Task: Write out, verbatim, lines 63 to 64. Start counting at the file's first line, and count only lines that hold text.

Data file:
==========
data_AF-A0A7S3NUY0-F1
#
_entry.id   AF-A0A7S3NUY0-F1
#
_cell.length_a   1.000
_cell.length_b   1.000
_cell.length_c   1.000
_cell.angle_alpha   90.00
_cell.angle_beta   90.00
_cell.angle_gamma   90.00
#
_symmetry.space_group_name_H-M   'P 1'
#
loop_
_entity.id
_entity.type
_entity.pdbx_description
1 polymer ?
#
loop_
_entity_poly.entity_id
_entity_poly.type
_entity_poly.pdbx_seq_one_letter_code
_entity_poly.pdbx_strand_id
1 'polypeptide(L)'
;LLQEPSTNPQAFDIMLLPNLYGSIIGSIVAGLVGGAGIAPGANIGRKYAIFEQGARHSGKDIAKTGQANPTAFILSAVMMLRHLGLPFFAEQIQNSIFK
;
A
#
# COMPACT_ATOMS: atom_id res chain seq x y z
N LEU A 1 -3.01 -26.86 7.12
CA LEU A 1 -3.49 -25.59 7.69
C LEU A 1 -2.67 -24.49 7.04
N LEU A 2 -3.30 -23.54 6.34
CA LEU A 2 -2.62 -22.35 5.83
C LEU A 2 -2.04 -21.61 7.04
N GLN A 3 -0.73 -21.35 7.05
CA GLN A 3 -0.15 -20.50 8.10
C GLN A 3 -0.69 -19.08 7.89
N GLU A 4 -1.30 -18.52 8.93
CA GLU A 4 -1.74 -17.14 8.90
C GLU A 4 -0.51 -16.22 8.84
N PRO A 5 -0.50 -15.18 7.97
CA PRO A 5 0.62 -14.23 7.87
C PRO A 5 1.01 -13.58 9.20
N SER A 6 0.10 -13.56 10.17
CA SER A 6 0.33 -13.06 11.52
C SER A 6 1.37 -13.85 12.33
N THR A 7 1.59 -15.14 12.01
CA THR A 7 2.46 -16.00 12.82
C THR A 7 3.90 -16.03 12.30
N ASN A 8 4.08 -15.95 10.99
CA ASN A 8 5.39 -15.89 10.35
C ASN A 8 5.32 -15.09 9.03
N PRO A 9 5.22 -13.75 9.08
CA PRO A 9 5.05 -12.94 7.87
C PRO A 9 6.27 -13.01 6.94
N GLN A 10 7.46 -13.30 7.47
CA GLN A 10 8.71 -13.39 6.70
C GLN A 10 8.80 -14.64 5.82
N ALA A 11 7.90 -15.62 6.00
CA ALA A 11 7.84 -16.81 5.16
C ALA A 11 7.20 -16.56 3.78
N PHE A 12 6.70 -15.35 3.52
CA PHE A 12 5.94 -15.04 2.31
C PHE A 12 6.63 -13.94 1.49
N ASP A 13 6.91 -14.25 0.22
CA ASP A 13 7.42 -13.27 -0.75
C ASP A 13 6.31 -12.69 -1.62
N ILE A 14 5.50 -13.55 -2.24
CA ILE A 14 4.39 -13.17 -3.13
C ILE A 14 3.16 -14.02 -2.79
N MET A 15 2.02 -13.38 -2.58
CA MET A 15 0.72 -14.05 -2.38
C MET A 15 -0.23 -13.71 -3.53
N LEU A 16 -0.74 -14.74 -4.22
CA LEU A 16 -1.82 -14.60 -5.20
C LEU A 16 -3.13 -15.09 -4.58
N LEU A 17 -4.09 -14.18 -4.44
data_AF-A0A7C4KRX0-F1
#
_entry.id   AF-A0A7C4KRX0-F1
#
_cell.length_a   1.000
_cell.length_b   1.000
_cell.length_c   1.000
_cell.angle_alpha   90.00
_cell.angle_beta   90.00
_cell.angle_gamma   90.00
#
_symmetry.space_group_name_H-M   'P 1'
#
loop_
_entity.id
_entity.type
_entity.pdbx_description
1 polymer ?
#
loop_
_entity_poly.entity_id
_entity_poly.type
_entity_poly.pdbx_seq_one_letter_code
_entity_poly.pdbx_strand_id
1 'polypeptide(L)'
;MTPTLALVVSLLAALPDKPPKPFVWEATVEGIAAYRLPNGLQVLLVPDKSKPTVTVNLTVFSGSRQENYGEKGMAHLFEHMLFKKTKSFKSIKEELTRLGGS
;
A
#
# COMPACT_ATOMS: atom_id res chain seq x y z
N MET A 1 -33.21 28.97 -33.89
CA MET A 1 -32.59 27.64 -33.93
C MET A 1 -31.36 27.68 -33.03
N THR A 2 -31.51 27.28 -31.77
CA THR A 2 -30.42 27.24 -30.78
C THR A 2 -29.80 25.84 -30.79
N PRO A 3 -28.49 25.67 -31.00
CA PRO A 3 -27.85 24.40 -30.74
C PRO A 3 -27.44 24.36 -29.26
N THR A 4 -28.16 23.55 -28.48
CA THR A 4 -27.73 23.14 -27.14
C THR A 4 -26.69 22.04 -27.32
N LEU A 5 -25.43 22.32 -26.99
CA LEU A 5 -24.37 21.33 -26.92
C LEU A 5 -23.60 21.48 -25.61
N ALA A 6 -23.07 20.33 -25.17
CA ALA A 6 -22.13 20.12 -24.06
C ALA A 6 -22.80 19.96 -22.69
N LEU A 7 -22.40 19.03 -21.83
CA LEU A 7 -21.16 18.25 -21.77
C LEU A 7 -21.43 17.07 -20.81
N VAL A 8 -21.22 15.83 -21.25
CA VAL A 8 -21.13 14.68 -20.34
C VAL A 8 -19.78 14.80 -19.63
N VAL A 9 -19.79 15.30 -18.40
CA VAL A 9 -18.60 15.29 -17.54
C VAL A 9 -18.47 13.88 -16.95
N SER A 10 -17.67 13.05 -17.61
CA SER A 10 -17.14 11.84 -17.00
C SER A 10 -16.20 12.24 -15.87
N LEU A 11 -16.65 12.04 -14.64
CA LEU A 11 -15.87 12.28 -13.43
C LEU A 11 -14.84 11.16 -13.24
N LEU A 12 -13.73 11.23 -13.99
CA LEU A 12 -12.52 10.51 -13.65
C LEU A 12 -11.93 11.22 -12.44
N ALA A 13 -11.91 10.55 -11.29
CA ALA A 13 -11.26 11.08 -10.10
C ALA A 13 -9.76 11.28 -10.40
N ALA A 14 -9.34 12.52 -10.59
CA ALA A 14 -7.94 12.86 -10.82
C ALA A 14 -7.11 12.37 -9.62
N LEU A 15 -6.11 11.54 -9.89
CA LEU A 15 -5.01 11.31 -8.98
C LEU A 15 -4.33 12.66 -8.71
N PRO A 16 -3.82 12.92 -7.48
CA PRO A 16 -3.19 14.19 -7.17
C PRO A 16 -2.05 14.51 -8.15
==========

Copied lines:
C ALA A 11 7.20 -16.56 3.78
N PHE A 12 6.70 -15.35 3.52